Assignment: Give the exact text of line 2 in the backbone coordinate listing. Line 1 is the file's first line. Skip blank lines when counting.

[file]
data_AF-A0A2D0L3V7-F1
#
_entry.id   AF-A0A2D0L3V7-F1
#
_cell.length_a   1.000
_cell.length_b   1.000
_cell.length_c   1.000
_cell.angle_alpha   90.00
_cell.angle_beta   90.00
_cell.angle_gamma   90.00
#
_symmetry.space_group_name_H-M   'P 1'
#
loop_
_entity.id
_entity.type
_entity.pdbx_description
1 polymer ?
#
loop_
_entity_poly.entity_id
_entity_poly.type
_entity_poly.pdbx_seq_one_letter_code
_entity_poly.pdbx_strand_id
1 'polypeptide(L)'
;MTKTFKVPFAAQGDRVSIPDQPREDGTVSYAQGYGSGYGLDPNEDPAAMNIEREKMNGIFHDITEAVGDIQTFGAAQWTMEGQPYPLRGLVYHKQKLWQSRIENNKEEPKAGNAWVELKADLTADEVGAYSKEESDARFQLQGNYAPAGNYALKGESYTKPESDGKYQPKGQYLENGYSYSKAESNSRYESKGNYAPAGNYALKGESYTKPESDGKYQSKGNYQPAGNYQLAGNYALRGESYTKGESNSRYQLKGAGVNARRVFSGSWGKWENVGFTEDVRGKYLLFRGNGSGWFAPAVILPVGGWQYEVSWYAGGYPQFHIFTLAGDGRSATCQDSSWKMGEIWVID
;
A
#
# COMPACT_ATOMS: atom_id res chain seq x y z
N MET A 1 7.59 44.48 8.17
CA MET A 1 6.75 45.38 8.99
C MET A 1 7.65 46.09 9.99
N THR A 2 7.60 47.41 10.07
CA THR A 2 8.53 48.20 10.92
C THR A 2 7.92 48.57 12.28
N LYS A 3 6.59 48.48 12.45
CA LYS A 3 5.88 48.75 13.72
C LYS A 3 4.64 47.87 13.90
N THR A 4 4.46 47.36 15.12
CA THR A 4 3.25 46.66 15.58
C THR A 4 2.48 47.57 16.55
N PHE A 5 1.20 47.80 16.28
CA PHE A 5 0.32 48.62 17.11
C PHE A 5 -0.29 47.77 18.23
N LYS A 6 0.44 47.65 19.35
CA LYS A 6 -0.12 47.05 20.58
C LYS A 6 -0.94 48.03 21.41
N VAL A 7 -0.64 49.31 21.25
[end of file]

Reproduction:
#